University of Kuwait, Kuwait
Time : 09:30-10:00
Moorkath Nandakumaran Obtained Doctorate Degree in Reproductive Physiology from University of Paris VI in the year 1979 and later did post-doctoral training as a Research Consultant for about 4 years at the famous St Vncent de Paul Hospital, Paris in fi eld of Biochemical Pharmacology. He is currently Professor in Obstetrics &Gynecology Depoartment of Kuwait medical Faculty, Kuwait University. Dr Nandakumaran specializes in research relating to maternal-fetal exchange of nutrients and drugs in control and disease state including pre-eclampsia and diabetes mellitus , using isolated human placental perfusion technique as well as using experimentally induced diabetic rats. Has published nearly 100 research papers and presentations in international scientifi c journals and conference proceedings and has been Invited Speaker in many International Conferences.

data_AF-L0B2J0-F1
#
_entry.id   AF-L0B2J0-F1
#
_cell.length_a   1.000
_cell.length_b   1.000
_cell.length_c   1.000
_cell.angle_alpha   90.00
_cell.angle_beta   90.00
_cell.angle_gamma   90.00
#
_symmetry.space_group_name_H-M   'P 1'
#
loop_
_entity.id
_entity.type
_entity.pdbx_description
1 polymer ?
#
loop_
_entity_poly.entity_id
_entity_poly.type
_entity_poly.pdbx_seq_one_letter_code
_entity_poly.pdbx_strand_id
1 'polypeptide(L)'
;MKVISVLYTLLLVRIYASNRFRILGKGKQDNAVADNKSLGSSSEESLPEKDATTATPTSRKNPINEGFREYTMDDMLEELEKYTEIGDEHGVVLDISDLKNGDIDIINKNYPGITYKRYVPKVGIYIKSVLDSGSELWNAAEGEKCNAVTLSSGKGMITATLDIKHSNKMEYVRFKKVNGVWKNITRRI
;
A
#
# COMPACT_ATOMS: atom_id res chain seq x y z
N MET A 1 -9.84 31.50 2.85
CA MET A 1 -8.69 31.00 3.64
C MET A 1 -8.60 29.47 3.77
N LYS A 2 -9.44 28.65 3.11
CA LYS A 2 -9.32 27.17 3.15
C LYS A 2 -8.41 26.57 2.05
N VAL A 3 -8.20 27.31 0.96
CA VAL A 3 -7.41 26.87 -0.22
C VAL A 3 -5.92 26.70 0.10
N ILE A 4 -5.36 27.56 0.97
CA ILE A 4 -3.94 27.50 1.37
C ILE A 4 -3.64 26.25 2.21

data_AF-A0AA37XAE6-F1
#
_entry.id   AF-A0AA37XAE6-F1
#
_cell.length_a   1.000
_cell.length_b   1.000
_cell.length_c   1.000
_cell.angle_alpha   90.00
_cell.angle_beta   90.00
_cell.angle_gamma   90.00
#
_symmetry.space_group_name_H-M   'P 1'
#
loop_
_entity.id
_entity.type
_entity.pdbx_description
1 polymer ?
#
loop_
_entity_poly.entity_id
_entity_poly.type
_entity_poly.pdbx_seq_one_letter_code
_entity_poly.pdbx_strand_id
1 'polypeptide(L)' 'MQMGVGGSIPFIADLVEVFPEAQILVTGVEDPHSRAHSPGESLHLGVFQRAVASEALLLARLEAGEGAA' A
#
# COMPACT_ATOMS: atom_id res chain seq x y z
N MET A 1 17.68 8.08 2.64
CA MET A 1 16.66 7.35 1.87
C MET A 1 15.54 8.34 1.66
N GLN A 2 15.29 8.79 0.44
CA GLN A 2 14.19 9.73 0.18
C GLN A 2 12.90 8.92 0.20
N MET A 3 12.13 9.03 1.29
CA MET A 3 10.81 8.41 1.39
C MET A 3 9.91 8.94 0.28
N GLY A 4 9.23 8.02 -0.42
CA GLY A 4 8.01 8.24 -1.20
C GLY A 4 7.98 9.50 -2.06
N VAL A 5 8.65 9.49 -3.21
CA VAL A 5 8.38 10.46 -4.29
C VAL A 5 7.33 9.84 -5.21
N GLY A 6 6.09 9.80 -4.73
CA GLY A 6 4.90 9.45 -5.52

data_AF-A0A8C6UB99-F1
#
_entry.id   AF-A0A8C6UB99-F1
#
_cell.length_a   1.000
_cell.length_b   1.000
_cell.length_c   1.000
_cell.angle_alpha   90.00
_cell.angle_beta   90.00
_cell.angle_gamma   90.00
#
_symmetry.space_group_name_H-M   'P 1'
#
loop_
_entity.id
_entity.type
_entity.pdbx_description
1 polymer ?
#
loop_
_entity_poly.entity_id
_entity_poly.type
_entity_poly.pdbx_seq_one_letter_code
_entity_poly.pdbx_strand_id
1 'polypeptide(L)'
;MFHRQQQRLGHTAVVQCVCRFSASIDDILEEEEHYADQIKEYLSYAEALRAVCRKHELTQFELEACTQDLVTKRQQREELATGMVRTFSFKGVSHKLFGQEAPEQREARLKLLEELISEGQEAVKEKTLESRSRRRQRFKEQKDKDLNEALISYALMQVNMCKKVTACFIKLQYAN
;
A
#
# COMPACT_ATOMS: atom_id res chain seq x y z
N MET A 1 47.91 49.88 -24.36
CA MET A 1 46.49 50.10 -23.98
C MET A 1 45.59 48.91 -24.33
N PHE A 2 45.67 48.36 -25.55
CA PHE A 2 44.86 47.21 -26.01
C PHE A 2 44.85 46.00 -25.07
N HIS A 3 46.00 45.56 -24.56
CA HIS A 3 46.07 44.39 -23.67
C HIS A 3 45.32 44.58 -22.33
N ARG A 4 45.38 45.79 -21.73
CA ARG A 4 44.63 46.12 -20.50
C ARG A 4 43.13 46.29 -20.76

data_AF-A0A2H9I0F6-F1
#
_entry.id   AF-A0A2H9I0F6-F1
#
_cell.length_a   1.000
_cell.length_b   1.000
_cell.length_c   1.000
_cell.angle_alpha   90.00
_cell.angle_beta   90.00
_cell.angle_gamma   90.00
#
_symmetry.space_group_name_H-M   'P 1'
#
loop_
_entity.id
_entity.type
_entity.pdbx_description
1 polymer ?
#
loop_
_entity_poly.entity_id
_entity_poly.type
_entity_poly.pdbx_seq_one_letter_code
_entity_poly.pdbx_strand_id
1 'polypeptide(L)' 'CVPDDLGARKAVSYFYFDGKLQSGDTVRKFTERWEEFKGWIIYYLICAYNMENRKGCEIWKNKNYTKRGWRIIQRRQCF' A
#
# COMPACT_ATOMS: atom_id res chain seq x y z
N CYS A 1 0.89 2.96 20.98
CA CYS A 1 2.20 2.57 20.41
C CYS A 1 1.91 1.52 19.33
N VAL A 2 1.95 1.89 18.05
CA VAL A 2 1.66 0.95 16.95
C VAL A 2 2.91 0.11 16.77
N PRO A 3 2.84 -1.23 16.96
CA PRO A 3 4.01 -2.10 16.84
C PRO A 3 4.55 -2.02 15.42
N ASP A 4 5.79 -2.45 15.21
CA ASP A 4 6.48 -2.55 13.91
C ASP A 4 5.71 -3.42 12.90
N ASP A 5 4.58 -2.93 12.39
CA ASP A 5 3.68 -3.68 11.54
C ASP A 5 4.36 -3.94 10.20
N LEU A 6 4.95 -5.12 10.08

Introduction: Previous reports from our laboratory had shown that maternal-fetal transport kinetics of model nutrients and reference markers were altered in toxemia model placenta in vitro. Th is study was meant to explore whether transport kinetics of a model amino acid L-Leucine were altered in placenta from pre-eclamptic pregnancies in vitro. Methods: Human placenta from pre-eclamptic pregnancies were collected post-partum.14-C labeled L-leucine (specifi c activity: 54 uCi/mmol, Amersham, UK) along with tritiated water (specifi c activity 5 mCi/mmol, Amersham, UK) as reference marker were then injected as a single bolus (100 ul) into the maternal arterial circulation of perfused placental lobules and perfusate samples collected from maternal and fetal circulations over a period of 5 minutes. National Culture and Tissue Collection medium, diluted with Earle's buff ered salt solution was used as the perfusate. Concentration of labeled substances in perfusate samples in control and toxemia model perfusion phases was assessed by scintillation spectrometry (LKB Wallac Scintillation Spectrometer, Denmark) using preadjusted double window counting. Transport kinetics of substances studied was computed using established permeation parameters. Results: Diff erential transport rates of L-leucine and tritiated water in 8 perfusions diff ered signifi cantly (Student's t-test; p<0.05) for all transport fractions studied in control perfusions and perfusions from three pre-eclamptic pregnancies. Transport Fraction index of L-leucine compared to reference marker averaged 35.2% in control perfusions (n=8) and 22.20% in perfusions from pre-eclamptic pregnancies (n=3) respectively. Th e diff erence observed in TF index of L-leucine in control and study groups was statistically signifi cant (Student's t-test, p<0.05) Indices of transport fraction and certain pharmacokinetic parameters such as area under the curve, absorption rate, elimination rate of deoxy glucose compared to reference marker were signifi cantly diff erent (p<0.05) between control and pre-eclampsia groups. Absorption rate: Elimination rate indices of model amino acid diff ered signifi cantly between control and study groups (Student's t-test; p<0.05). Conclusions: Our studies show for the fi rst time that transport behavior of a model amino acid leucine is compromised in preeclamptic pregnancies and that the altered behavior of placental membrane in amino acid transport in such pregnancies has the potential to cause undesirable sequelae for the fetus and neonate.